The Deputy Prime Minister was asked—
2. What progress the Government have made on resolving the West Lothian question. (149755)
With this, I will also answer Question 2. The McKay commission, which the Government established to consider how the House of Commons deals with legislation that affects only part of the UK, reported yesterday. We are grateful to the commission for its work. This is an important issue, which is why the Government asked the expert commission to look at it. The report presents a positive step forward, and we will give it very serious consideration before responding substantively.
I, too, thank the McKay commission for such an erudite report. The commission outlines a principle: that decisions at UK level with a separate and distinct effect for England should normally be taken only with the consent of a majority of MPs for constituencies in England. Will the Minister argue with her boss, who is a passionate believer in political and constitutional reform, to implement that sensible principle in the next Session?
I commend my hon. Friend for her work on this important matter—she has campaigned long and hard and taken the time to go into the detail. As I have said, the Government take the report extremely seriously. We believe it is a positive step forward, and I am happy to talk to all members of the Government about its merits and otherwise.
Does the Minister accept that constituents of mine who use the health service in England, work in the public sector in England and use public transport in England, but who are represented by me as a Welsh Member of Parliament, want a say on matters relating to England? Does she accept that there are problems, but not always solutions?
I ought to accept that the right hon. Gentleman wants to do a very good job for his constituents, which I am sure he does. However, I note that the McKay commission report refers to England matters and England and Wales matters. Those serious issues require extensive consideration.
13. Next September’s referendum will, I hope, deliver a substantial no vote against separation. May I suggest that that would be an ideal time to implement the McKay commission’s sensible proposals and evolve the devolution settlement into one that will be acceptable on both sides of the border? (149767)
I thank my hon. Friend for his contribution. I hear his view on the timing of what the Government must do next. We will take that decision seriously alongside the substantive issues in the report. I agree with him and many others that the people of Scotland should choose to stay in the UK next September, and am confident they will do so.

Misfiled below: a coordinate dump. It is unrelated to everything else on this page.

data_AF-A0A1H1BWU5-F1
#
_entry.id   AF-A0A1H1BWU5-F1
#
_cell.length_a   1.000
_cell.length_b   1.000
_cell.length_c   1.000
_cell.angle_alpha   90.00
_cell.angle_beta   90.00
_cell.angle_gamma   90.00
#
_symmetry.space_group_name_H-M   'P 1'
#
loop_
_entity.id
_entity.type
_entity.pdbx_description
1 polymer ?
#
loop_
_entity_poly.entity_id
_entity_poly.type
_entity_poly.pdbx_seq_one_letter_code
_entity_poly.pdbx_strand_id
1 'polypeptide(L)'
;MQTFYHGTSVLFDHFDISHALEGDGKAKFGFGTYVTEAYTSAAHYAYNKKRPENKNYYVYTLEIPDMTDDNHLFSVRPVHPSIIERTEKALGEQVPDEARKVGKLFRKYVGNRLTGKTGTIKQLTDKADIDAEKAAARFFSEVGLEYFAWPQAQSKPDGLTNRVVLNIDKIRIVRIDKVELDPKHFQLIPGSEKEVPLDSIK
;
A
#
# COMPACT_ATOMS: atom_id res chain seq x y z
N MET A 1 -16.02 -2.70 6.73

I wonder whether the resolving of the West Lothian question will help us to understand why the Liberal Democrats voted against air passenger duty in opposition, but voted for it while in government, as we saw last night.
I do not believe that even I could persuade the McKay commission to cover that level of detail. However, as I said in answer to the previous question, the people of the UK are stronger together than they are apart. I hope the hon. Gentleman transfers that message to his constituents.
The biggest threat to the UK might be not the Scottish referendum next year, but the increasing sense in England that the current constitutional settlement is not a fair one. Does my hon. Friend agree that we already have two different classes of MPs, in the sense that Scottish and Welsh MPs have colleagues in the Scottish Parliament and Welsh Assembly who perform some of the role that English MPs do?
Political and Constitutional Reform
The Government continue to work on political and constitutional reform, particularly devolving more powers from Whitehall to our cities and regions. Work also continues on the implementation of individual electoral registration and developing proposals on recall and lobbying reform.
As the hon. Gentleman may know, we are still reflecting on exactly how to proceed on lobbying, but we will do so. I cannot give him a precise date for when we will come forward with our proposals after the consultation, which provided a lot of feedback, but we will do so in due course.